Recently both celebrities and ordinary people have found themselves being “canceled” – a new term that loosely means being subjected to public humiliation via the internet, with secondary consequences that might include losing a job, being canceled to speak at an event, or having social media accounts closed.
I was very proud to sign this letter in defence of a foundational principle of a liberal society: open debate and freedom of thought and speech.https://t.co/noh8VRHMyN— J.K. Rowling (@jk_rowling) July 7, 2020
How can bad behavior be stopped?
BOYCOTT 2K20 THIS IS UNACCEPTABLE, THIS IS Glorified GAMBLING for CHILDREN! 3 yr old's+ Rated "E" for Everyone?! ESRB how did you let this happen. THIS IS DISGUSTING. DON’T BUY THIS GAME BOYCOTT 2K20 pic.twitter.com/sAwZEVrMLr— Ghostwolf (@ghostwolfbk99) August 29, 2019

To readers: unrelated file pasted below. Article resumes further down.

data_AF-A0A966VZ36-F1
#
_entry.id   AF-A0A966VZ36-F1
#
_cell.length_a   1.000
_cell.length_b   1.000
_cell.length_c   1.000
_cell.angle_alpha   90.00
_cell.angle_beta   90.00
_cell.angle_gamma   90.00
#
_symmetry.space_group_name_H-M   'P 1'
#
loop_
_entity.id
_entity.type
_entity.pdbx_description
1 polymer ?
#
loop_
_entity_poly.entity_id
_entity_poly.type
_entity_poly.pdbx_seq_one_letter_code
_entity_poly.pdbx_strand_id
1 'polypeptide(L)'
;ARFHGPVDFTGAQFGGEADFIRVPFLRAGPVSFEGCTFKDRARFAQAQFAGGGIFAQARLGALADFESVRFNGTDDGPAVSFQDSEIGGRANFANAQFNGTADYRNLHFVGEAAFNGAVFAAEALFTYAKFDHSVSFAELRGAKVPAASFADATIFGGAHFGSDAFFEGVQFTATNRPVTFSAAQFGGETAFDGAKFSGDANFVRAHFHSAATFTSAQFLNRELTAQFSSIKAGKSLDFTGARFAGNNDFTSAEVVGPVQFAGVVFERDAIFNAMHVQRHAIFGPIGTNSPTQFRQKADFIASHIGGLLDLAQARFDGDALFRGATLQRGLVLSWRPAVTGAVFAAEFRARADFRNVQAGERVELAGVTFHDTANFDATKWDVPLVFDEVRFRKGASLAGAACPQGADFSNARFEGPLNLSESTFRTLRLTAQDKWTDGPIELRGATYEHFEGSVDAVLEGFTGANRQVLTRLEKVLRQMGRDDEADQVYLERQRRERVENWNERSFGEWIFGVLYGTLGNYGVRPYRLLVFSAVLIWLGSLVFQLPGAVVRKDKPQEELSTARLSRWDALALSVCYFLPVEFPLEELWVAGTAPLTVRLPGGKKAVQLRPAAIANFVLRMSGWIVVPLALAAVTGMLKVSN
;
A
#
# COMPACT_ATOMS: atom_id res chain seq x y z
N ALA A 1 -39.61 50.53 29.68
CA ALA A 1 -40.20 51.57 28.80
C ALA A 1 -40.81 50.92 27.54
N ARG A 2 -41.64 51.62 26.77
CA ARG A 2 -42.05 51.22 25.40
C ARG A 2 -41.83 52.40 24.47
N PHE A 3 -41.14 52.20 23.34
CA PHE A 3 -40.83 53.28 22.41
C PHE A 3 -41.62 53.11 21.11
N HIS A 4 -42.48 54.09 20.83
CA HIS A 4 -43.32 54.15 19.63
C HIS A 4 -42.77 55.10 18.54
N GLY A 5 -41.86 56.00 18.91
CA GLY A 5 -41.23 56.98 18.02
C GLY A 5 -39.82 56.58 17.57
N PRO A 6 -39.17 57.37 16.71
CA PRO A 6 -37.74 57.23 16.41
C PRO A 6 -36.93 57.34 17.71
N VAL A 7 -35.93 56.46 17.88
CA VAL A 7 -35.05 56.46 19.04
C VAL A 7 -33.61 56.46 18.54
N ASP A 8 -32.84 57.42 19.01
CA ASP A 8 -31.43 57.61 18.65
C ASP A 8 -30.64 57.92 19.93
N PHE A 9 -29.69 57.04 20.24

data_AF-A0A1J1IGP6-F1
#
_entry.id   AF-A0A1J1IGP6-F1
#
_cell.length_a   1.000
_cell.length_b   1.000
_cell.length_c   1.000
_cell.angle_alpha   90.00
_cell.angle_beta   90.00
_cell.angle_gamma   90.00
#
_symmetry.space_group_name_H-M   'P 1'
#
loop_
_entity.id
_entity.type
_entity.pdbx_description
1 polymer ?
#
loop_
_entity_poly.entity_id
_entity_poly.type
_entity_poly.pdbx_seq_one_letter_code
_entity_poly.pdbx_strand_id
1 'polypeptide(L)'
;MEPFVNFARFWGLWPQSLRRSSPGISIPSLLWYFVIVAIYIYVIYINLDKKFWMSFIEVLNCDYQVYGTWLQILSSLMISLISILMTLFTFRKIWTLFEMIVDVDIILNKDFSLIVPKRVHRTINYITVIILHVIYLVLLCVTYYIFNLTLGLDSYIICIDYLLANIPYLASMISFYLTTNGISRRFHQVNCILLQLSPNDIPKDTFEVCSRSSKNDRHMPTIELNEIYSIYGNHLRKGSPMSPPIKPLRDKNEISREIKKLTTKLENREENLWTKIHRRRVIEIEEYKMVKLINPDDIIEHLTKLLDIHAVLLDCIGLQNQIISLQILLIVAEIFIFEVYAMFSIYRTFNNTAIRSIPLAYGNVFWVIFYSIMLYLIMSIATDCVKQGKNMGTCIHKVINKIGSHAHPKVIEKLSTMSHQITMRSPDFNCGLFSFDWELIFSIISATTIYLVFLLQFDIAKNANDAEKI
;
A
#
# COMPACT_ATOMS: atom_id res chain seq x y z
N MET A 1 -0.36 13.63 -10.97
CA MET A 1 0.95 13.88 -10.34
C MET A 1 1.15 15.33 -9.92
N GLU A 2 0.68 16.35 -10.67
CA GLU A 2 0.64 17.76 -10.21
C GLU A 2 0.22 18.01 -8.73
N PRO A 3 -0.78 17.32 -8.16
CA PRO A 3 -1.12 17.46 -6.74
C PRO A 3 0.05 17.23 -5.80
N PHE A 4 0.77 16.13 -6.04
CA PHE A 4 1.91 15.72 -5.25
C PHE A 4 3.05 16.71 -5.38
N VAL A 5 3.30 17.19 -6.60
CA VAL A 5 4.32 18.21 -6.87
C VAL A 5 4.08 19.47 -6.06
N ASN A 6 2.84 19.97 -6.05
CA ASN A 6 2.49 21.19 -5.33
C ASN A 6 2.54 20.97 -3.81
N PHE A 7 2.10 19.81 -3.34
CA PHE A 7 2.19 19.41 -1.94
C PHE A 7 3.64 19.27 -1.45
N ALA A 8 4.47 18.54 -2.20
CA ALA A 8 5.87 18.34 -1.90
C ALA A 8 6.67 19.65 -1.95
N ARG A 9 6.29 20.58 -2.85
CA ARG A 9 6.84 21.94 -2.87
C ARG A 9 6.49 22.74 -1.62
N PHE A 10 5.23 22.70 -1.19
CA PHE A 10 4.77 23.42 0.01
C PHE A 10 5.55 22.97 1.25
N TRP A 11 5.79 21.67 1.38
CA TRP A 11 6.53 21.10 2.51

Cancel culture: Mutual enforcement
All too often, "cancel culture" becomes a means for very rich and very powerful people to pretend they are victims when people respond to very controversial things they have used their huge public platform to say.— Owen Jones 🌹 (@OwenJones84) July 9, 2020
Attorney Gloria Allred speaks to the media after the sentencing of film producer Harvey Weinstein for sexual assault following his trial after the MeToo movement, New York, US, March 11, 2020. (Reuters)